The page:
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Found 1 result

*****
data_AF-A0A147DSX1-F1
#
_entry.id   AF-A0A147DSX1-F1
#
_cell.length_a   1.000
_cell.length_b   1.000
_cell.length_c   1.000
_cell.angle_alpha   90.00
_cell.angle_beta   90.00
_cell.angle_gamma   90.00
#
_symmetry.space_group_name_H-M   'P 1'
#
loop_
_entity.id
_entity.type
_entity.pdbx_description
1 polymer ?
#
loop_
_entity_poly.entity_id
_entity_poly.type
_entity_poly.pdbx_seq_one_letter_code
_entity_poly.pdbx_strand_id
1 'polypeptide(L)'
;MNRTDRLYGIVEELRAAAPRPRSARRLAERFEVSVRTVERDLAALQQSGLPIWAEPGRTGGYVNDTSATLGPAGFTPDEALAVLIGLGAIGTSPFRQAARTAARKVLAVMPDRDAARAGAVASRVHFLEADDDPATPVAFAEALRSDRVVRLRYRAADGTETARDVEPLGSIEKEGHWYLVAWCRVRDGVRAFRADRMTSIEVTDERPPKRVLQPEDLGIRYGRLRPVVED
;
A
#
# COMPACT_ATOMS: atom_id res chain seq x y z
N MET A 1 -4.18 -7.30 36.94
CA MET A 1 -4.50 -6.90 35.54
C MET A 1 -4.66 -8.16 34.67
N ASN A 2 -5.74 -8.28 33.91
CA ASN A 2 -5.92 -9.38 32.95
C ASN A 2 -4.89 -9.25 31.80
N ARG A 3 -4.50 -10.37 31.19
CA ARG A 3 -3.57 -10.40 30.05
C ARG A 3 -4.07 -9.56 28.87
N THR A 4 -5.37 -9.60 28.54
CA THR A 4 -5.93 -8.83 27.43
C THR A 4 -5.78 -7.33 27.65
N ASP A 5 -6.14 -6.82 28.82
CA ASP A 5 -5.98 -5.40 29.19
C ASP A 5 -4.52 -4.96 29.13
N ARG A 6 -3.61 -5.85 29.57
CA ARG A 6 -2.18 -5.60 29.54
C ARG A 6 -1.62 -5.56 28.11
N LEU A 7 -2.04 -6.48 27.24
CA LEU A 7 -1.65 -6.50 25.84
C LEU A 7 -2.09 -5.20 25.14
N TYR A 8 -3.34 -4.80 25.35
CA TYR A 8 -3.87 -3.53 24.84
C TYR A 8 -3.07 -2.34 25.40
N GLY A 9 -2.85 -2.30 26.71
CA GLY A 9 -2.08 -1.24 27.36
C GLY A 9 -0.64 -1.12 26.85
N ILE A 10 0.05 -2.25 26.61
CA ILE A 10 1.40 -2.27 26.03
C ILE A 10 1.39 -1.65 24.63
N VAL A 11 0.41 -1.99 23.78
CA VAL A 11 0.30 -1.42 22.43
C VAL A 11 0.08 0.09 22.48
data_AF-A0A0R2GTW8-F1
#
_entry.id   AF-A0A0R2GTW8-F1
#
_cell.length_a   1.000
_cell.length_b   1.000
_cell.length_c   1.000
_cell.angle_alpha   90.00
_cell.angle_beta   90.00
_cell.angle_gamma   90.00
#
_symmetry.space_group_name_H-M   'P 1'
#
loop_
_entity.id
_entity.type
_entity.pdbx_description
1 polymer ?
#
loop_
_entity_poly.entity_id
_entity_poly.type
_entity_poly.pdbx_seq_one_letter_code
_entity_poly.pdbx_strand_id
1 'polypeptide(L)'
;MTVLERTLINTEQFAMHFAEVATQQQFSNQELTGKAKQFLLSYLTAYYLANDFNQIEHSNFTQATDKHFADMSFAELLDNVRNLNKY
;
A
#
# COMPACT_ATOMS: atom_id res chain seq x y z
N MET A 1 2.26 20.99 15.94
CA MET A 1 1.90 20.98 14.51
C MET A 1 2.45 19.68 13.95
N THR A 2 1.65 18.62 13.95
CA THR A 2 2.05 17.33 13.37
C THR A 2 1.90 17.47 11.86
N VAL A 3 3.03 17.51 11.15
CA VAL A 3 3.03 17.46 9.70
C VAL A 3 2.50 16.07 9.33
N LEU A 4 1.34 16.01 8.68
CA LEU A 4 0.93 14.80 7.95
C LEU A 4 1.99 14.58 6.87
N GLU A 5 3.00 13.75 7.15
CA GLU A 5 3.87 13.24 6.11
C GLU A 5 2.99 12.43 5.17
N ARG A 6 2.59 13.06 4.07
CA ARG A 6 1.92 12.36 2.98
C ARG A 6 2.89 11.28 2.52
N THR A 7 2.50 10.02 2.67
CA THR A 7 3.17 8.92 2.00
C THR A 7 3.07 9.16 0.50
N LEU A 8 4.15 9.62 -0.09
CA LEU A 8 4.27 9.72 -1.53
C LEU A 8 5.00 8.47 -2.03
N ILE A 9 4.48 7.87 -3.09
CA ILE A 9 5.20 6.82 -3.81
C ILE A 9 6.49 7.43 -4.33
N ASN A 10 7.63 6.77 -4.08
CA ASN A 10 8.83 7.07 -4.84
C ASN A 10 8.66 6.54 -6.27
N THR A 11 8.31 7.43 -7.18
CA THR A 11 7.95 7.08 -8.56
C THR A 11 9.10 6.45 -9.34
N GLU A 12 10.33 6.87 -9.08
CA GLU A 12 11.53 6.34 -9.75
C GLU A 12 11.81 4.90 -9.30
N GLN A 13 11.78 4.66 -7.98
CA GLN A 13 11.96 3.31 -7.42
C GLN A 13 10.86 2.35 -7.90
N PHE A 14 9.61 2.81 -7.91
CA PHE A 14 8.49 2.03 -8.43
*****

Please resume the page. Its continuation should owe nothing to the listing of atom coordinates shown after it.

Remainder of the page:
1. I am long overdue for a trip report considering I must have been to maybe a couple dozen places and hunted them since my last report. I’ll just give you a report on a new place I’ve been hunting three times. Repeat hunting at the same place is rare for me unless it’s the NSR. A couple weeks ago my daughter and I headed out to a spot in Collin County Texas that I had spotted on satalite images months ago that I had been wanting to check out. I had no idea what I’d find. I hadn’t looked up what formation would be there. I just knew it wasn’t the Austin Chalk of eastern Collin Co. Where I find next to nothing but clams. I found out the area was part of the Eagle Ford group. The formation was the Britton Formation. The trouble with finding sites by satellite images is that you can’t tell if it’s private property, fenced off or has “No Trespassing” signs posted. When I got to the spot I’d marked on the map there was a fence and no access. I looked for another spot nearby and it also was fenced off. While driving looking for a third access point a turkey crossed the road in front of us at turtle or I guess it was turkey speed. It was surprising, because there were apartments across the road and it was a fairly busy area. I did find an access point maybe a mile away. Yay! I’d been planning on the trip all week and kept checking the weather for the rain forecast, because rain was in the forecast. My weather app said it would be in the low 70s all week. I thought that was nearly perfect hunting weather and was looking forward to the adventure of a new place and possibilities. Saturday came and it was no where near low 70s! I realized I’d had my weather app set to where my family lives in NW Arkansas for some reason. It was 90 degrees, not the low 70s that I had joyfully anticipated. There was a little dirt road/trail at the access point where I parked my car. The road ran all the way to the designated hunting spot. I am not adventurous with my car though. I baby my car and treat her well almost any way I can, except I do load her with rocks and dirt, but she gets pretty regular baths and vacuumings. I’m glad I didn’t venture down the road in my car. The road ran along the edge of a ravine that dropped off quickly to one side. There was a steep embankment rising up on the other side. Along the road there were the remains of 2 mudslides that had occurred taking out the road in both places. There was no place to turn around either so if I’d gone I would have had to back out about 0.2 miles. I did check out the exposed material from the mud slides. The mud slide ended in a creek. The creekbed had a lot of layers exposed. The only thing I found was a variety of oyster that is new to me, but looked like it was from the Pleistocene or at least more recent than Cretaceous. I saw them along the road as well, but not in the part of the creekbed where I hunted. The road ended at a creek. Unlike many of the creeks I’ve been to in North Central Texas the access down into the creek was pretty easy at this particular point. The banks elsewhere along the creek were often steep hand high though. Traversing the creek was a different matter where the water was and where the soil was wet. It was the type of mud you sink can sink in. We got past the mud without sinking in it on the way into the place we were going to hunt. We headed up the creek. It opened up into a wide area where the actual stream trickled along the south side of the creek, leaving a wide open area that was largely free of vegetation. Where the ground was dry it was a soft flaky, and even powdery light gray clay in places. It was almost like bentonite. There were thin, flat and usually smooth, brick red concretions here and there in the creekbed that were coming from a sheet like layer 2-4 feet above the bed. The layer was in the bed in other places. There were multiple layers of red/orange concretions. Most of the concretion material was thin (1/2 inch) and flat and smooth. There were concretions that were irregular shaped, bumpy or bulbous. At first I took no notice of the concretions. There are ones that appear similar in the NSR, but nothing much comes out of them, but occasionally you’ll get something really good. So I thought these concretions were of similar nature. We walked along. There were numerous fragments of small baculites that averaged the diameter of a pencil and were 1/2 to 2 inches long. We came upon a concretion, which had split in two. It looked different so I picked it up to inspect it. To my surprise is was covered with little baculites! Squeal!! That’s my expression for excitement and delight. Later at home I realized it had at least 4 genus of cephalopods in it! I began to eye every concretion because I now understood that all the fossils were either in concretions or eroded out of them. I began to find more fossils now that I knew how to look for them. There were patches of whitish gray tidbits of stuff that appeared to have washed out of a different type and color of concretion of some sort, but I never saw where they were originating from. They were clusters of white fossils here and there. They were in a white clay like material. They kind of looked like coral or something. They were small, but look interesting. I haven’t taken the time to clean any of them to what is in them. We were only there about 30 minutes and my daughter, Gigi (short for Gisselle) started hinting at going home. She’s not the biggest lover of fossil hunting. Also, it was 90 degrees outside and she can’t take the heat very well. A few years ago she fainted on the playground at school from heat/sun stroke and she hasn’t taken heat very well since. We hunted 10 minutes more. While out hunting I came across this. It is a little over 2 feet across. You can see it on the right of the pic above of the red concretion layer and see how it stands out from everything else. It was very weathered though. Initially I thought it could be the remnants of an ammonite or something. I had no idea. I picked up one of the concretions, but didn’t see anything. It was pretty flat too and I doubted much could be inside so I left it. Over the next couple days I kept thinking about how I wanted to be certain about it. It went from large to small. So it wasn’t just random. So I planned to return before the end of the week, because we were expecting rain. There was quite a lot of evidence that raccoons frequented the creek. Piles of fish bones lay here and there. I found some pre-coprolite (scat) material left by raccoons. I thought the fish bones looked kind of cool. We see a lot of fish vertebra around these parts, but they’re usually only the central disk. It’s a good example of what some coprolites looked like before fossilization. There were fish bones and crawfish (crustacean) parts in the scat. I could tell my daughter was getting worn out by the heat. There wasn’t much shade in the area. I found a mesquite tree on the bank. We sat in the meager shade it offered, very thankful for the little it did give. We drank some Gatorade and rested a few minutes. Mesquites are not the best shade trees because they have very slender leaves and the foliage isn’t dense. Here’s a pic of mesquite leaves. I left her and my bag sitting in the shade for a bit and hunted nearby. I found more of the same. I found some fat little concretions that made me curious. So I picked them up to take home. In all I found the oysters that aren’t Cretaceous, and numerous clam fragments of at least 2 kinds, both Inoceramus genus I believe. Some fragments still had bits of the original shell present. They were a deep reddish brown. I also found a cool impression of an ammonite that looked a bit like Botticelli’s Birth of Venus clam shell or a soap dish. Sorry Botticelli for the soap dish analogy. There’s a clam I had found just above it. I found the fragmented remains of another ammonite. I found 4-5 of the baculite hash plates A couple were quite small though. One plate I picked up because of the large clam fossil on the top side. When I turned it over the other side was covered with baculites! I also found many baculite fragments all over the place. It is a rare thing for baculites to be the most frequent fossil found, but that was the case there. The place was winning me over one baculite piece at a time. Gigi got up and came over carrying my bag, ready to go. I told her I’d finish hunting this one patch of concretions and then we’d go. I split my last Gatorade with her for the trip out and rearranged our bags. I hadn’t come well prepared. My small collection bags were still full of fossils from my last trip so were were using plastic grocery bags that weren’t holding up well. I was certain there were more types of fossils to be found. I knew this was going to be a repeat local. Very few locals do I ever return to. Even if I came away with a good haul. A place has to hold the promise of further discovery of more treasure yet undiscovered for me to return again. The treasure is usually better quality or diversity of genus or species. Sometimes it is the trill of the adventure I have or how much of a challenge the place was for me. The NSR is my #1 favorite for the adventure and the treasure diversity as well as challenge. I don’t think it could ever get old for me unless it were to be developed or something. I do take family, friends or other people who are visiting to hunt at places I thought were good, but didn’t hold the allure for a 2nd personal trip. On my return trip out of the creek one of my feet sunk down in the mud about 8 inches. When I tried to pull my foot out my boot stayed. Needless to say I got quite muddy. My daughter got out unscathed by the mud. I’ve a wonderful daughter that is the greatest delight to be around. We were walking back to the car, I had mud all over me, I’m soaking wet with perspiration, it’s running down my face, my hair was pulled back to get it out of my face while collecting and it was matted down with sweat. My face was red from the heat. We stop in the shade of a large tree along the road for a short rest. She turns and looks at me and says “Mom, you’re so beautiful!” I’m thinking I look a pathetic mess, but she just sees beauty. I love that about her. She is such a blessing and delight to me. She has been that way since she could talk. She sees beauty in everyone. It’s like she has people specific rose colored glasses. She sees past the physical form of a person and to the beauty within, but within her eyes it translates to physical beauty somehow too, no matter how uncomely someone may be outwardly, she still sees beauty. It’s beautiful to see people and the world through her eyes. We finished walking back to the car and headed to Braum’s. It’s an ice cream, burger and fries kind of place with real ice cream, not just the soft serve. I always get mint chocolate chip ice cream and she gets chocolate. I have to sweeten the fossil hunting trip with something to make it worth it. So we always get ice cream after every fossil hunting trip. We went through the drive through of course since I was covered in mud and looking . . . “Beautiful” as Gigi said. I went back to the location 2 more times the same week. I’ll post stuff from the other trip.